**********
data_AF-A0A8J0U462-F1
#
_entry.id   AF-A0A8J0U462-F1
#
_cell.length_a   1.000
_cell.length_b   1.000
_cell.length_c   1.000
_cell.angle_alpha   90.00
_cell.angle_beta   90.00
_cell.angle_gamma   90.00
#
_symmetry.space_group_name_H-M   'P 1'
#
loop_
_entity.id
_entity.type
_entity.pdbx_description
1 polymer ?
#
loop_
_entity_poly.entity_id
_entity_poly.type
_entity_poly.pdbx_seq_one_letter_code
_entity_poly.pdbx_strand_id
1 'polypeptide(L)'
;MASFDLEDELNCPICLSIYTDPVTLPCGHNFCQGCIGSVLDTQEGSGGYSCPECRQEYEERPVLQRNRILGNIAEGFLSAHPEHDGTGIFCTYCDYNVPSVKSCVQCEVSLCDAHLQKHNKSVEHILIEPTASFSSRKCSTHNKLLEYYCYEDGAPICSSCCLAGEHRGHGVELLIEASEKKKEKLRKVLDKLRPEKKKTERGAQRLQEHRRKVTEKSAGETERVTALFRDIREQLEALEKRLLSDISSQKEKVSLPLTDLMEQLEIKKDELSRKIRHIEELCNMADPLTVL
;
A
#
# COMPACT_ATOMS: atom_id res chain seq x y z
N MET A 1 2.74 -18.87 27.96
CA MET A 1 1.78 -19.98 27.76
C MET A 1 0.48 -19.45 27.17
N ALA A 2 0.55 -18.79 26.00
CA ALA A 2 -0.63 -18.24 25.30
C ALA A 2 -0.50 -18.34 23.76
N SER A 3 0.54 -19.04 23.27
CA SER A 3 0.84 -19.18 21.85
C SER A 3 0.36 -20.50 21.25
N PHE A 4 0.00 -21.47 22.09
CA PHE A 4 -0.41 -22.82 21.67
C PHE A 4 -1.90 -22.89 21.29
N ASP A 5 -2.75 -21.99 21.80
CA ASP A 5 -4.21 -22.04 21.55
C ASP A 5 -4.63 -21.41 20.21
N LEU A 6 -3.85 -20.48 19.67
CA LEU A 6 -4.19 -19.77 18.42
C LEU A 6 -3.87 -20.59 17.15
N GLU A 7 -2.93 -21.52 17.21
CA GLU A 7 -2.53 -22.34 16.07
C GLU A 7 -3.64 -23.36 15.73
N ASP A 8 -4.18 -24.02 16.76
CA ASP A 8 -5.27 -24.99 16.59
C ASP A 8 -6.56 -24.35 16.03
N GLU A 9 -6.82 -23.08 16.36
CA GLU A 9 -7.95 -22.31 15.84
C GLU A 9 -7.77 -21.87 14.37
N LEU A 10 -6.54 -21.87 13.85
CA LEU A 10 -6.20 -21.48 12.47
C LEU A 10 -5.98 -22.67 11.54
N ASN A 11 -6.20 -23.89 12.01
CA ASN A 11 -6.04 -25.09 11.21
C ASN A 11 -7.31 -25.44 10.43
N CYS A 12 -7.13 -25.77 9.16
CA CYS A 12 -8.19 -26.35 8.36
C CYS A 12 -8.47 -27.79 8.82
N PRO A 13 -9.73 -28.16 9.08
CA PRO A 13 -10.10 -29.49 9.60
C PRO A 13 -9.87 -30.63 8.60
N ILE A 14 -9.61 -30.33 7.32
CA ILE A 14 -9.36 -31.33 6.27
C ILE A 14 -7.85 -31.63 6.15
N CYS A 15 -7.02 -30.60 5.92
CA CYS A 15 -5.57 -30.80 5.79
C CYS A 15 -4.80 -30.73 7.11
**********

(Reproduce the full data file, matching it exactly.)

data_AF-A0A8J0U462-F1
#
_entry.id   AF-A0A8J0U462-F1
#
_cell.length_a   1.000
_cell.length_b   1.000
_cell.length_c   1.000
_cell.angle_alpha   90.00
_cell.angle_beta   90.00
_cell.angle_gamma   90.00
#
_symmetry.space_group_name_H-M   'P 1'
#
loop_
_entity.id
_entity.type
_entity.pdbx_description
1 polymer ?
#
loop_
_entity_poly.entity_id
_entity_poly.type
_entity_poly.pdbx_seq_one_letter_code
_entity_poly.pdbx_strand_id
1 'polypeptide(L)'
;MASFDLEDELNCPICLSIYTDPVTLPCGHNFCQGCIGSVLDTQEGSGGYSCPECRQEYEERPVLQRNRILGNIAEGFLSAHPEHDGTGIFCTYCDYNVPSVKSCVQCEVSLCDAHLQKHNKSVEHILIEPTASFSSRKCSTHNKLLEYYCYEDGAPICSSCCLAGEHRGHGVELLIEASEKKKEKLRKVLDKLRPEKKKTERGAQRLQEHRRKVTEKSAGETERVTALFRDIREQLEALEKRLLSDISSQKEKVSLPLTDLMEQLEIKKDELSRKIRHIEELCNMADPLTVL
;
A
#
# COMPACT_ATOMS: atom_id res chain seq x y z
N MET A 1 2.74 -18.87 27.96
CA MET A 1 1.78 -19.98 27.76
C MET A 1 0.48 -19.45 27.17
N ALA A 2 0.55 -18.79 26.00
CA ALA A 2 -0.63 -18.24 25.30
C ALA A 2 -0.50 -18.34 23.76
N SER A 3 0.54 -19.04 23.27
CA SER A 3 0.84 -19.18 21.85
C SER A 3 0.36 -20.50 21.25
N PHE A 4 0.00 -21.47 22.09
CA PHE A 4 -0.41 -22.82 21.67
C PHE A 4 -1.90 -22.89 21.29
N ASP A 5 -2.75 -21.99 21.80
CA ASP A 5 -4.21 -22.04 21.55
C ASP A 5 -4.63 -21.41 20.21
N LEU A 6 -3.85 -20.48 19.67
CA LEU A 6 -4.19 -19.77 18.42
C LEU A 6 -3.87 -20.59 17.15
N GLU A 7 -2.93 -21.52 17.21
CA GLU A 7 -2.53 -22.34 16.07
C GLU A 7 -3.64 -23.36 15.73
N ASP A 8 -4.18 -24.02 16.76
CA ASP A 8 -5.27 -24.99 16.59
C ASP A 8 -6.56 -24.35 16.03
N GLU A 9 -6.82 -23.08 16.36
CA GLU A 9 -7.95 -22.31 15.84
C GLU A 9 -7.77 -21.87 14.37
N LEU A 10 -6.54 -21.87 13.85
CA LEU A 10 -6.20 -21.48 12.47
C LEU A 10 -5.98 -22.67 11.54
N ASN A 11 -6.20 -23.89 12.01
CA ASN A 11 -6.04 -25.09 11.21
C ASN A 11 -7.31 -25.44 10.43
N CYS A 12 -7.13 -25.77 9.16
CA CYS A 12 -8.19 -26.35 8.36
C CYS A 12 -8.47 -27.79 8.82
N PRO A 13 -9.73 -28.16 9.08
CA PRO A 13 -10.10 -29.49 9.60
C PRO A 13 -9.87 -30.63 8.60
N ILE A 14 -9.61 -30.33 7.32
CA ILE A 14 -9.36 -31.33 6.27
C ILE A 14 -7.85 -31.63 6.15
N CYS A 15 -7.02 -30.60 5.92
CA CYS A 15 -5.57 -30.80 5.79
C CYS A 15 -4.80 -30.73 7.11